Something that I find really incredible is to see the ingenuity of black people in tech, and also the networks that exist between black people in tech.

And two of those people I would like to give a shout out to: Dr. Nakeema Stefflbauer , who speaks out about algorithmic discrimination, from her own perspective, but also as an angel investor and as a lecturer on these topics. She is deeply embedded in the tech scene and hearing her speak, it just really resonated with me.

The other person is Joy Boulamwini, who founded the algorithmic Justice League, which is an organisation that tries to create solutions and also speaks out on a policy level against algorithmic discrimination that exists within AI. I think she first came across this during her research time at MIT, where she worked on a facial recognition robot, and other facial recognition products. The robot would not recognize her face because she’s black and a woman. This is because the algorithm was not trained on a diverse data set. She found out through her work that other organisations which are creating AI products use the same data sets. So with that, the discrimination against black women goes on. Because of this, she created the algorithmic Justice League.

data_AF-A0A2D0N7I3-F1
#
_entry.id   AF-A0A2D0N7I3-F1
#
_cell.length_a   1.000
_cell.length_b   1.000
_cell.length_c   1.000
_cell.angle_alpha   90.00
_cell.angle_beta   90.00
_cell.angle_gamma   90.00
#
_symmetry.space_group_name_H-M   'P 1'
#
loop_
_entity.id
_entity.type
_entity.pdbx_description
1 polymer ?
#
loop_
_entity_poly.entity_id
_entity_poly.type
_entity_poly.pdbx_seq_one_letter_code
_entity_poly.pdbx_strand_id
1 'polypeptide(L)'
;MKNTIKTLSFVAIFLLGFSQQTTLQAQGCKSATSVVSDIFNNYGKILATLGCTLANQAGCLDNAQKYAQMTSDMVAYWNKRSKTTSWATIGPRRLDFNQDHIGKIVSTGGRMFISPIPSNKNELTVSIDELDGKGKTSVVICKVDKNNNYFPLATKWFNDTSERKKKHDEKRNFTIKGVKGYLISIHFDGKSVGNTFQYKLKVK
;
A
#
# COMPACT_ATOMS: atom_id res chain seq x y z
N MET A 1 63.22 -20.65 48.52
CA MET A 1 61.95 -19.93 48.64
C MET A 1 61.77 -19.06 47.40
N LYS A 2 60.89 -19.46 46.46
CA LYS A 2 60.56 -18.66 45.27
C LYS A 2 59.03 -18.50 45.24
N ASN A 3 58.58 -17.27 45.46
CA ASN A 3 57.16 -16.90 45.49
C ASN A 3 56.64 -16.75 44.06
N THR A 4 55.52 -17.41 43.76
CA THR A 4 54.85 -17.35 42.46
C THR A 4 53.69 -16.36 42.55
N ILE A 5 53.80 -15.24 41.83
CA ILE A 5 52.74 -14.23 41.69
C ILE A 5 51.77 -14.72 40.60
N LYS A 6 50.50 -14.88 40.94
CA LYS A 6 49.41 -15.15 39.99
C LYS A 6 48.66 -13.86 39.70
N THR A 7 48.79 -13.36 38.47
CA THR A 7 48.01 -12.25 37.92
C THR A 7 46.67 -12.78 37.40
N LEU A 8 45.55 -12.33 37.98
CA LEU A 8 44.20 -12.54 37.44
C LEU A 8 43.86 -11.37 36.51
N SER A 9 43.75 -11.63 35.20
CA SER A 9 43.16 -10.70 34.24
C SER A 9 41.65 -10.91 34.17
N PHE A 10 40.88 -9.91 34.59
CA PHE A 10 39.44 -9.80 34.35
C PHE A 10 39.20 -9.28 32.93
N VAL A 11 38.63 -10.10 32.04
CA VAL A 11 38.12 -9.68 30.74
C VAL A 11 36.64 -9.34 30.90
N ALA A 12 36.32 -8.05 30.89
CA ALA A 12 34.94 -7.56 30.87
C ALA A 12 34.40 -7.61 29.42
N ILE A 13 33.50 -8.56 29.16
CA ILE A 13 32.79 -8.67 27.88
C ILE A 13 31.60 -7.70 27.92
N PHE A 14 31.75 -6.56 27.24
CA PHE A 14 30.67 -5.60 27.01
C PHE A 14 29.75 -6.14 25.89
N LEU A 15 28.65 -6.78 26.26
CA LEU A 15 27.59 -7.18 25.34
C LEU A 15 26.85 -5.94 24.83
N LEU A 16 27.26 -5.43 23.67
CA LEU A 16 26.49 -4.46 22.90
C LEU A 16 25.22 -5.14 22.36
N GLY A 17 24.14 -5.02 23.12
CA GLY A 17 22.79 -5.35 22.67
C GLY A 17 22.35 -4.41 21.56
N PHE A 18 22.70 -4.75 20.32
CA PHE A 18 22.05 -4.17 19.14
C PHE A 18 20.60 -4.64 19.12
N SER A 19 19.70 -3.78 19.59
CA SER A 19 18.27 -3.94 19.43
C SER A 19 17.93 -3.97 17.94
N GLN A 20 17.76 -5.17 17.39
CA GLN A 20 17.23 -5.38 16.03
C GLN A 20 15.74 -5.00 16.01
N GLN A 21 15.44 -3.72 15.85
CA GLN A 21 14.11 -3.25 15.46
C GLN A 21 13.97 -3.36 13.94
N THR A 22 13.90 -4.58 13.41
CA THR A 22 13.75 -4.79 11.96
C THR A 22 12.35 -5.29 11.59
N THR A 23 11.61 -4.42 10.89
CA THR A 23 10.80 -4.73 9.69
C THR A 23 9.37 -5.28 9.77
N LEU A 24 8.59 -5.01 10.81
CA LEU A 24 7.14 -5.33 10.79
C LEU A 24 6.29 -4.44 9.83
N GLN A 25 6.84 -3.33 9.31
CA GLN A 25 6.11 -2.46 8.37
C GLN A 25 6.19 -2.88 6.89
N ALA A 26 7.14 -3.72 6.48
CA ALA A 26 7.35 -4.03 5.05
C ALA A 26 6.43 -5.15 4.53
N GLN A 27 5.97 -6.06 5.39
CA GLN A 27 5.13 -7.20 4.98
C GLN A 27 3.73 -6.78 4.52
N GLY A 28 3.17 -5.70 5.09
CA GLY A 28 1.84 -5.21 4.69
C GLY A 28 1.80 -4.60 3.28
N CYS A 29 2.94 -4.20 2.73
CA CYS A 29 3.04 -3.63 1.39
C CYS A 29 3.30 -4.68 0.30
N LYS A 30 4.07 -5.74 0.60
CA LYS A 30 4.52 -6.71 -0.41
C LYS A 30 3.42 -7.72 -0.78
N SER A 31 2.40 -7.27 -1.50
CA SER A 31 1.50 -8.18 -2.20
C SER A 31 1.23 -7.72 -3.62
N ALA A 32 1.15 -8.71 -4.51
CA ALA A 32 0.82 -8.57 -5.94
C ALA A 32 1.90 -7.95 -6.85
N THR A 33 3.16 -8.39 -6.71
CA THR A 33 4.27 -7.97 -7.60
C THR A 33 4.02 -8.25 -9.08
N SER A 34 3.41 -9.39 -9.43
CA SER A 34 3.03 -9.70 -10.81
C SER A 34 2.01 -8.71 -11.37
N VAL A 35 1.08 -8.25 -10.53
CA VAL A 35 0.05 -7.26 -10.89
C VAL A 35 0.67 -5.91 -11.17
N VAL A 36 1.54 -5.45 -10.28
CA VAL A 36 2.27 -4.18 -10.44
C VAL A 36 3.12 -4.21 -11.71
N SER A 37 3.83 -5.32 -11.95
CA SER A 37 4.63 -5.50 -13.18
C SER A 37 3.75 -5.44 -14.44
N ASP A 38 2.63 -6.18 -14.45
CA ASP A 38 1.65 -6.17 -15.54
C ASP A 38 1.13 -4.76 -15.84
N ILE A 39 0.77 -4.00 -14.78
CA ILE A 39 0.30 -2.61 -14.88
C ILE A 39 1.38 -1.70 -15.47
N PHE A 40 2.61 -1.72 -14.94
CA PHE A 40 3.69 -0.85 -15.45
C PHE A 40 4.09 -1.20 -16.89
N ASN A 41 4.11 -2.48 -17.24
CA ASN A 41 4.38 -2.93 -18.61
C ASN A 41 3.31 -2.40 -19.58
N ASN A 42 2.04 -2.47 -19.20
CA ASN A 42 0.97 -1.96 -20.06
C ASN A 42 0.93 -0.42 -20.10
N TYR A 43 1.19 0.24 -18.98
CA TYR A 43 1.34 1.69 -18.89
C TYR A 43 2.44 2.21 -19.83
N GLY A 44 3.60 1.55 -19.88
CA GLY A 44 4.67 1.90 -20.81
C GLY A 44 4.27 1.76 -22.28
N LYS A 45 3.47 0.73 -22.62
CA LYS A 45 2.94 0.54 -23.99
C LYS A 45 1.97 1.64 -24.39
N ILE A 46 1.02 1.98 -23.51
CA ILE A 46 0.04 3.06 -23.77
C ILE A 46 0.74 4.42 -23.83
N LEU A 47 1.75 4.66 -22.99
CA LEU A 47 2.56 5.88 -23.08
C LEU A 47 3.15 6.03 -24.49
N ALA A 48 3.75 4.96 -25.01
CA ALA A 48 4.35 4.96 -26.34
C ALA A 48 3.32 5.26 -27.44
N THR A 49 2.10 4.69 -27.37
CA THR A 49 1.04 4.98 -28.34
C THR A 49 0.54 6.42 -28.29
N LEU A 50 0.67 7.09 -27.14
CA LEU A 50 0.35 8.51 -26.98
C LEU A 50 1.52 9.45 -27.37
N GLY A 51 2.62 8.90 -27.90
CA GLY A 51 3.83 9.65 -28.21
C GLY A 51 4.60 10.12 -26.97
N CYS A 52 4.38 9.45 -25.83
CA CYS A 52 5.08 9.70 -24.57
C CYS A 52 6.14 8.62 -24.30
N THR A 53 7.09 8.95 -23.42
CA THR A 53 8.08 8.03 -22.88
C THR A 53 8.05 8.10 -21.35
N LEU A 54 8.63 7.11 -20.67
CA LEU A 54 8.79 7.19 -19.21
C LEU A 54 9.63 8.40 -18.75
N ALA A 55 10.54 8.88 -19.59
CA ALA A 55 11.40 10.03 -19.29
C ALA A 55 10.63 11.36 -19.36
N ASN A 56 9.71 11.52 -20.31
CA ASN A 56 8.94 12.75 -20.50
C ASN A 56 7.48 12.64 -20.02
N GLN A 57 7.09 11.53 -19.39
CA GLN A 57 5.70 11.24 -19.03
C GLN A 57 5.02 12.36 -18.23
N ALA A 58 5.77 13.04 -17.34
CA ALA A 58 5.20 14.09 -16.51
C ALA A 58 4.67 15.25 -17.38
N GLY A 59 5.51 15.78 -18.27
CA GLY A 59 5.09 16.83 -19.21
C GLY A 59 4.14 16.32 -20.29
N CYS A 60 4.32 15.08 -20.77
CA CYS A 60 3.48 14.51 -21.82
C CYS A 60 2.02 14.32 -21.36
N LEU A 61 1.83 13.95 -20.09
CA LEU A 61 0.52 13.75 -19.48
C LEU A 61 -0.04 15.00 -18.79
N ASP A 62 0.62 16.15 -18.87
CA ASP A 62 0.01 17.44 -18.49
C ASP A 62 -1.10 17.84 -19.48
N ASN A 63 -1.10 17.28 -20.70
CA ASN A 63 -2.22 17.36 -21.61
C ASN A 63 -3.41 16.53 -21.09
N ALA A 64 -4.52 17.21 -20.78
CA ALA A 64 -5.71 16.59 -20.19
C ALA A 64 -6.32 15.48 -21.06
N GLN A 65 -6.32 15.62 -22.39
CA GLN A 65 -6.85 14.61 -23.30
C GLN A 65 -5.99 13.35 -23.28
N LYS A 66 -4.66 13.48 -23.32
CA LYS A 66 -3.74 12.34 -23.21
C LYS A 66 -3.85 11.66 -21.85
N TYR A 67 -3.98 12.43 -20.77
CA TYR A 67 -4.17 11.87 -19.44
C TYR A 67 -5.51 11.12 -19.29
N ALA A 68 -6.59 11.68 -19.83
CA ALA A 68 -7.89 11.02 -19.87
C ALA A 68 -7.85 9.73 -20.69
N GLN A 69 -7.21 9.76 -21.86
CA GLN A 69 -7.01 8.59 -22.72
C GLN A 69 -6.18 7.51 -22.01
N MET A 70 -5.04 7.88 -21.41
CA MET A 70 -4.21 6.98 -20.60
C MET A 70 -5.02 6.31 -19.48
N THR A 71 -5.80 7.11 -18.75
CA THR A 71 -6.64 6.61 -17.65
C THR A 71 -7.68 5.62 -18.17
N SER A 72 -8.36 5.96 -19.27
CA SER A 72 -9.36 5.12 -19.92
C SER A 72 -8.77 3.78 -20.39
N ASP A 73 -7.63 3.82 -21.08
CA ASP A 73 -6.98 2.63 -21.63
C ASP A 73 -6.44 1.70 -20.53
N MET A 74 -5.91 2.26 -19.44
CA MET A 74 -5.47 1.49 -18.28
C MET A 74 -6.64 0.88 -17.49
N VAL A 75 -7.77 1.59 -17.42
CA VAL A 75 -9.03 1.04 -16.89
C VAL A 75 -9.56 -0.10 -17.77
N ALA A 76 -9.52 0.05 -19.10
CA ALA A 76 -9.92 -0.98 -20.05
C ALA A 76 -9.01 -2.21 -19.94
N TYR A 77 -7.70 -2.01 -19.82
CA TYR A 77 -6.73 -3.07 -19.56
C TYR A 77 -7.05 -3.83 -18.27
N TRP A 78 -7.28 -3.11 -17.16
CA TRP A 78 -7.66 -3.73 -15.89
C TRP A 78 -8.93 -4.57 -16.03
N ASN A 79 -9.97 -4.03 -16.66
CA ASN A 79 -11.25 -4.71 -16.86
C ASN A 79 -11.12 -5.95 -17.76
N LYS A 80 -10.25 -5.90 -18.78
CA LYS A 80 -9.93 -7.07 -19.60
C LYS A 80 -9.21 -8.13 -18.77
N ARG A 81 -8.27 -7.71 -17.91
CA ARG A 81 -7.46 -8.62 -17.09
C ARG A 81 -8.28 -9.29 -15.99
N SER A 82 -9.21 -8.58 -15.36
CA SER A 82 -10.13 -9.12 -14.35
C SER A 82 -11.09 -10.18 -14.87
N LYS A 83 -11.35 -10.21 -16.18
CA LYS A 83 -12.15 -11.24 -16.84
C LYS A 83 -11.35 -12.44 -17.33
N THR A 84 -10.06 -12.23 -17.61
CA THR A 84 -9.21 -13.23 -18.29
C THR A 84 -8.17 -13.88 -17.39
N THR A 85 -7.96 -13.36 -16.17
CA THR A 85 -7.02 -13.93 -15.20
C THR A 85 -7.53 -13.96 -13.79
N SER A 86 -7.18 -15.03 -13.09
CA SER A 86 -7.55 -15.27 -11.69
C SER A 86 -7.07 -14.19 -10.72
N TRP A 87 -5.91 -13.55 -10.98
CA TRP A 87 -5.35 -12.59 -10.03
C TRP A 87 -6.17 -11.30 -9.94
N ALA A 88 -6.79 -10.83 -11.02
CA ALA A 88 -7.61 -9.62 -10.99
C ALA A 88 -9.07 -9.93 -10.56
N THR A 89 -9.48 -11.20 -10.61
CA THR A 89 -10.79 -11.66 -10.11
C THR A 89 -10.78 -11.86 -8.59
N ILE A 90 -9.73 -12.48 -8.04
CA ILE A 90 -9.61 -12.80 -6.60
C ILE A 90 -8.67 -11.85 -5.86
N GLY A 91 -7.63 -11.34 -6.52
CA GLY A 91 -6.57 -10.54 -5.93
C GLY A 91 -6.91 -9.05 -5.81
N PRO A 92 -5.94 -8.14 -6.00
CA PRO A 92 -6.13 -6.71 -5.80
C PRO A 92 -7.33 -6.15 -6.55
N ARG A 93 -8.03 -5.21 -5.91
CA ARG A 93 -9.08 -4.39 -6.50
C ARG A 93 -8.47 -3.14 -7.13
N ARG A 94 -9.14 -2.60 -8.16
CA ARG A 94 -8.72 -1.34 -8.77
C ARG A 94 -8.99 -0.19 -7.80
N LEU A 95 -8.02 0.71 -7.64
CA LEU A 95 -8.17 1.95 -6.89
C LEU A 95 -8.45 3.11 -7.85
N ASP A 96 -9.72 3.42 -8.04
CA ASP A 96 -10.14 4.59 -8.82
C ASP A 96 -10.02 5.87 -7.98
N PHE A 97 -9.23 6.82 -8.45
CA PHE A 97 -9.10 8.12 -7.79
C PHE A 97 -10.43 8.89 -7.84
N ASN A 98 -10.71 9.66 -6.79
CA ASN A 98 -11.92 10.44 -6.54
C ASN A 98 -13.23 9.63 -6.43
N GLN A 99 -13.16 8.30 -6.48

To follow both of their careers and their passions, and also the power that they’re bringing into the tech scene is super inspiring for me. I find it so incredible that there are people out there that have been doing this work for such a long time. Essentially, both of them made it possible for me to join, because if it wasn’t for people like Dr.Nakeema Steffelbauer and Joy Boulamwini, tech would be even less diverse with no driving voices for change.


If you are interested in the work that all.txt does and want to try out their Beta version, you can sign up as a tester and the all.txt team will be in contact with you!

Impact Hub Berlin’s Diversity, Equity & Inclusion activities are part of our impact ecosystem committed to fostering innovation and enabling collaboration across organisations, cultures and generations to solve the challenges facing the world today. Our Diversity, Equity & Inclusion team receives assistance and counselling from an advisory board, an intersectional group of FINTA founders. Stay tuned for more exciting news from the DEI ecosystem!